As similar effect could be achieved in implementations where a player gradually loses points by having the rate of point loss increase with the number of points the player has, and by restricting the activities the player could engage in to make it more likely that the player would reach a desired equilibrium. Additionally, in some implementations, players could be provided with some kind of guide (e.g., an oracle, a trusted authority figure, a seer, etc) who could inform the player what type of head/heart/body orientation should be obtained in order to proceed, and who could potentially suggest the types of activities the player could engage in to attain the desired orientation. This could both make it more likely that a player would achieve the correct orientation, and make it less likely that the player would become frustrated by a lack of success associated with engaging in the types of activities that his or her avatar is ostensibly best at (e.g., combat, for a character for a high body alignment).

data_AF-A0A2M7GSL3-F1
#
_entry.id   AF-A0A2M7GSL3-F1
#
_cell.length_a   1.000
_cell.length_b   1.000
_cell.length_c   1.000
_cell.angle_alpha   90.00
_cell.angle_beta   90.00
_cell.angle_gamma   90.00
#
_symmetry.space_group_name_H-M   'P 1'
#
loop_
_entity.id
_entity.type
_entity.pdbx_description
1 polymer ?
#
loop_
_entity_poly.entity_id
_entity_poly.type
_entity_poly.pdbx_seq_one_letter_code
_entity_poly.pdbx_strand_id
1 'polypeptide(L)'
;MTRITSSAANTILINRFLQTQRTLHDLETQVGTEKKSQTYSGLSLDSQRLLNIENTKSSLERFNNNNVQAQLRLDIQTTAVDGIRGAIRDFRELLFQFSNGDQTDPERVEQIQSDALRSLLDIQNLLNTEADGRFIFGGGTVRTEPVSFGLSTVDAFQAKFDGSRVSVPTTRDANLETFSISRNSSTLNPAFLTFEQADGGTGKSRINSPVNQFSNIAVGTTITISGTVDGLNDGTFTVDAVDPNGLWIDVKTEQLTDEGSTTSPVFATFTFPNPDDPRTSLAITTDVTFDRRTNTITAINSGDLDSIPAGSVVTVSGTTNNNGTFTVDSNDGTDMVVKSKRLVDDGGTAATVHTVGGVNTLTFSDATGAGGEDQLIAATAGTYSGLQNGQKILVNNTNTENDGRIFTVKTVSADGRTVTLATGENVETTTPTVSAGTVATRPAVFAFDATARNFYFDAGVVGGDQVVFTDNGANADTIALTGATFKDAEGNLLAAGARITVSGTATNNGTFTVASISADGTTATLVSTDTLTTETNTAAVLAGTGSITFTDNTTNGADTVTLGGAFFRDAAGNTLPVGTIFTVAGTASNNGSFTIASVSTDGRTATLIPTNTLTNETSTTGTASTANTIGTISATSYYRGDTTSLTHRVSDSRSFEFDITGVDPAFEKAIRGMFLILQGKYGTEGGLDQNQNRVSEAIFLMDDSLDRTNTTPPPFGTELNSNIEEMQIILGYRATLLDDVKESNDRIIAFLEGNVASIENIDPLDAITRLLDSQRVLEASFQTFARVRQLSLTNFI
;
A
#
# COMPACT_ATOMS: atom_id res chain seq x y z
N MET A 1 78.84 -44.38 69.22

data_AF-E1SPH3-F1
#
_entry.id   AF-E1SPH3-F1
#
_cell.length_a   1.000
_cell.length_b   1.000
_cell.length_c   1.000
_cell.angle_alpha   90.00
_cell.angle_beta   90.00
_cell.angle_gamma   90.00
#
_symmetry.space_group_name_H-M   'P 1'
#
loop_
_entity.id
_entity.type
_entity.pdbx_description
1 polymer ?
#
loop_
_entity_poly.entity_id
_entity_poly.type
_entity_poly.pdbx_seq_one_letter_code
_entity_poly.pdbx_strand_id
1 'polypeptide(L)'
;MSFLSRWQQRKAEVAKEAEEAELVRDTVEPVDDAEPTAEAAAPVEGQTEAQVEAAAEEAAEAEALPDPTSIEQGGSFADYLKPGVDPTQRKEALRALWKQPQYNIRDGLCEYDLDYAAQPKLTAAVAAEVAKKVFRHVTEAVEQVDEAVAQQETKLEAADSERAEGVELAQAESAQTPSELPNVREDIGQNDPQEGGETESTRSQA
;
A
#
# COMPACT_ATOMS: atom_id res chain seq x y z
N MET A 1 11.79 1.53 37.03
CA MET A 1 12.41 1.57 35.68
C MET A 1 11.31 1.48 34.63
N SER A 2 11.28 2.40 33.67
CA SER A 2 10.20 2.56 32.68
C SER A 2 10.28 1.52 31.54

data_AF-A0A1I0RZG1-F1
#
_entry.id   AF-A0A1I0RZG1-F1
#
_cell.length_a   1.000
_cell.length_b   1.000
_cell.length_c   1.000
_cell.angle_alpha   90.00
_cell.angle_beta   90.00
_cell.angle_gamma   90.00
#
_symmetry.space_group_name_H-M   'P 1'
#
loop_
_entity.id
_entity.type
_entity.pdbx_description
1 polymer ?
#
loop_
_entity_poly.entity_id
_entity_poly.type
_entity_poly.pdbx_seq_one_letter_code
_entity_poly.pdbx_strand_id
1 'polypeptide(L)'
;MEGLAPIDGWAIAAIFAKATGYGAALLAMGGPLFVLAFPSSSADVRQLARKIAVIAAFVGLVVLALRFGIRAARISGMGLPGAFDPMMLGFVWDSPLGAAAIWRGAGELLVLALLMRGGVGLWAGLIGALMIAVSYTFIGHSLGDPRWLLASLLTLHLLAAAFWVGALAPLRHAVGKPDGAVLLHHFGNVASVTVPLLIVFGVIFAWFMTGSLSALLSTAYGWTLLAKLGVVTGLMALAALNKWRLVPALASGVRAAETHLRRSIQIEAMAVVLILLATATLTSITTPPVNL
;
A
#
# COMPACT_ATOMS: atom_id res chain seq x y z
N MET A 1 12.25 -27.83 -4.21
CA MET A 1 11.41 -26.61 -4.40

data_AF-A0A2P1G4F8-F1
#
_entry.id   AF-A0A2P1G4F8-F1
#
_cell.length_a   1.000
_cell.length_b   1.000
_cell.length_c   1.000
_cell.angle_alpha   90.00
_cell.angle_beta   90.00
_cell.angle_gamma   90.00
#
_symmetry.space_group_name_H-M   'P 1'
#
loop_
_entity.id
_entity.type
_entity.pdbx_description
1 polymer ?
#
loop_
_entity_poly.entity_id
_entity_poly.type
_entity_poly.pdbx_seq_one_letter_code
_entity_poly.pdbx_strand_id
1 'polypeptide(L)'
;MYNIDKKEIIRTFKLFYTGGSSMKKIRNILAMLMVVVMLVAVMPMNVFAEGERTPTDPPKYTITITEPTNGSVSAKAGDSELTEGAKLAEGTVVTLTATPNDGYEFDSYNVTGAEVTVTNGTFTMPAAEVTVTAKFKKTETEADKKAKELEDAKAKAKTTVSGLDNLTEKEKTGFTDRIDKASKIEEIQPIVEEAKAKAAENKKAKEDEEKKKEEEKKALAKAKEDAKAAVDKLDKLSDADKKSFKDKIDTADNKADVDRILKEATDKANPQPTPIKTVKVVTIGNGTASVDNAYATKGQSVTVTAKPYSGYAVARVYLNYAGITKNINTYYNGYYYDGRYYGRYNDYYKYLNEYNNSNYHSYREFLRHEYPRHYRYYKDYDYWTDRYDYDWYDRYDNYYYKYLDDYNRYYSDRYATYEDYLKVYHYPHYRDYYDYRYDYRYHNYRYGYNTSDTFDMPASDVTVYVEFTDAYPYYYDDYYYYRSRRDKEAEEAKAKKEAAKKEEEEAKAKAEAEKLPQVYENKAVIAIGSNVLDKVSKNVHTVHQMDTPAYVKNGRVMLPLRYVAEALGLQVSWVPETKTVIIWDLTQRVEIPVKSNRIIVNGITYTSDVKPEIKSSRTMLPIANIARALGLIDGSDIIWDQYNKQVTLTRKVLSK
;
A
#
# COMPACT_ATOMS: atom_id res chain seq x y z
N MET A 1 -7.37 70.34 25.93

Of course, it should be understood that use of head/heart/body orientation as described above is not a requirement for all implementations. For example, instead of focusing on head/heart/body orientation to determine activities to be performed during a problem identification phase , in some implementations, a player could be required to cause his or her avatar to engage in both active and receptive activities before he or she could complete the problem identification phase . Such an approach could be used in implementations where a computer game is intended to illustrate that, to progress in life, a person must be able to understand both the active and receptive aspects of his or her personality so that he or she can combine them into a unified whole. Of course, combined approaches are also possible. For example, in some implementations there could be both active and receptive versions of the activities set forth in table 2 (e.g., engaging in dialogue versus eavesdropping on a conversation), and a game could be implemented as described above to require or encourage the player to engage in active and passive versions of the activities which reflect the orientation of his or her avatar.